“It’s very hard to find examples of similar politicians who could rise so high and sweep other candidates while getting entangled in racist scandals, accusing competitors of having parents involved in the assassination of John Kennedy, and criticising and mocking women, who are such an important part of the electorate,” said Linas Kojala, an analyst at the Eastern European Study Centre.
“There are several reasons for this. First, Trump was underestimated. It seemed that at some point he would have to stop, that he had boundaries he wouldn’t cross. Second, the party elite we had discussed had to begin stopping the Trump train, but they never appeared to be able to unite and offer an alternative,” said Kojala.
“Third is that the American people are disappointed by the political elites, the government, and the processes that are happening in Washington. Trump’s voters are people who believe America needs a leader who’s not a politician, a person who can speak directly. A person who can implement the decisions that the old politicians dared not make. It’s a whole palette of reasons, none of which were decisive, but all of which created the result that we have now,” he continued.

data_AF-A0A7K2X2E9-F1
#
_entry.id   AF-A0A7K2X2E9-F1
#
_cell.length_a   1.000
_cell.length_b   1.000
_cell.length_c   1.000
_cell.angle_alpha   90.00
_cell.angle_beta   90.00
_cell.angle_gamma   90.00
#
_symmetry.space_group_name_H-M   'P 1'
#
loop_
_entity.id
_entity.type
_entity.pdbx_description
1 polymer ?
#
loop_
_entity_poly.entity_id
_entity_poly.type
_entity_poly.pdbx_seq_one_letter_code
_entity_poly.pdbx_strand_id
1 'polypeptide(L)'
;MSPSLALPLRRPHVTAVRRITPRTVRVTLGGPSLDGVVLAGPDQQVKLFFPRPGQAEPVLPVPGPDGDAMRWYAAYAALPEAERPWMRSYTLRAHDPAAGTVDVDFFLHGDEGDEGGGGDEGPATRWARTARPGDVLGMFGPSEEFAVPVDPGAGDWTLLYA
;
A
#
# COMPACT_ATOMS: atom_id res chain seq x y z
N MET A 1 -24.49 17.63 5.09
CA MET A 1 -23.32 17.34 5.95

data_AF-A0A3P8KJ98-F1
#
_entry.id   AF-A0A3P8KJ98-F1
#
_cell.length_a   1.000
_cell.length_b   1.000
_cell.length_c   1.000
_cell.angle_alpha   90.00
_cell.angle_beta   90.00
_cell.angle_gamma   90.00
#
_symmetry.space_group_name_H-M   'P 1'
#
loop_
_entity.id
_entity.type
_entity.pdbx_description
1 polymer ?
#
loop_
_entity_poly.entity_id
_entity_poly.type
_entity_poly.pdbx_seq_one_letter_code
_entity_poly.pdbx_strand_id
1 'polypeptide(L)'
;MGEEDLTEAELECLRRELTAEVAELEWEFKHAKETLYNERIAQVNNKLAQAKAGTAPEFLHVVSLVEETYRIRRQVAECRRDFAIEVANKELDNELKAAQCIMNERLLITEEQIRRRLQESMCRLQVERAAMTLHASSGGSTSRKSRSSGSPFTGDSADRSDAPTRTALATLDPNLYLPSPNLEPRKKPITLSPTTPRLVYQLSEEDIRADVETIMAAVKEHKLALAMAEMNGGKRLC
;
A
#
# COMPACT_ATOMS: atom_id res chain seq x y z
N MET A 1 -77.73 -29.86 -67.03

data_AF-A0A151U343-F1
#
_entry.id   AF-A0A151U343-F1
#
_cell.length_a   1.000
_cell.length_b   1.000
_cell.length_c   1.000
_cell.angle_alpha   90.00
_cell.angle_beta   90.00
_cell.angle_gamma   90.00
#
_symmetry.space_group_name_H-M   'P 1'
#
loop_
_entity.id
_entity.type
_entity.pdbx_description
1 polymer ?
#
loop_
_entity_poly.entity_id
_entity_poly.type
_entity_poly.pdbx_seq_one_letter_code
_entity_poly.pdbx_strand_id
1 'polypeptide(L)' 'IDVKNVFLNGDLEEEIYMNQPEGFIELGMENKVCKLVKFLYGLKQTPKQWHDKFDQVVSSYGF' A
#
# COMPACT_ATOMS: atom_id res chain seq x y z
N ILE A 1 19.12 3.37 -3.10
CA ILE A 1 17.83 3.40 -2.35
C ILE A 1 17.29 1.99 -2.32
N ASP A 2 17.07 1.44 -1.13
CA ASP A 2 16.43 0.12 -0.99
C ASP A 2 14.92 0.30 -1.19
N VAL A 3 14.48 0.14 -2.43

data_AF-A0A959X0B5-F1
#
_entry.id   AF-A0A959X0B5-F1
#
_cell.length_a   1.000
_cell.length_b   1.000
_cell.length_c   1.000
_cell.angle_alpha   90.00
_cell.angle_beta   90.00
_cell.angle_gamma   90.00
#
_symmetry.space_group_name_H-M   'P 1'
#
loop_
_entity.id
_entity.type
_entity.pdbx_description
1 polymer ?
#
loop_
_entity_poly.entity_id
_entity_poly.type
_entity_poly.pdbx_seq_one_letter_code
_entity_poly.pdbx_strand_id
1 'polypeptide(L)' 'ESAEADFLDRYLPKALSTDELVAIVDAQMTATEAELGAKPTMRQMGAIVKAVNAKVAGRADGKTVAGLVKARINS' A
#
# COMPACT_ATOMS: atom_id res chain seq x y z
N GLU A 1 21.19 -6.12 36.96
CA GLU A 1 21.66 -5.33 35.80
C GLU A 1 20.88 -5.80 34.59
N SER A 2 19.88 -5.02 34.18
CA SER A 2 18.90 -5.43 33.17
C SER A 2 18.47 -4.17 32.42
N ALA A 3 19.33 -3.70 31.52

Kojala said the US election should be of particular interest to Lithuanians. “We will have a candidate who was the U.S. Secretary of State, personally visited Lithuania twice, has worked with leaders in our region, and who perfectly understands our problems and the importance of NATO. She talks about how important NATO is for the US when other candidates simply talk about the leeching of American money for other states’ benefit. Clinton is a serious politician whose stature reflects what many countries around the world and their leaders want to see in the post of the president of the United States,” he said.
“In the mean time, Trump is a candidate who, I think, we can best describe with his own thesis – that the U.S’ foreign policy should be unpredictable. In current conditions, saying that the actions of the U.S. President should be unpredictable and that discussions about NATO being outdated must become a part of their political work is very dangerous for Lithuania,” Kojala explained.
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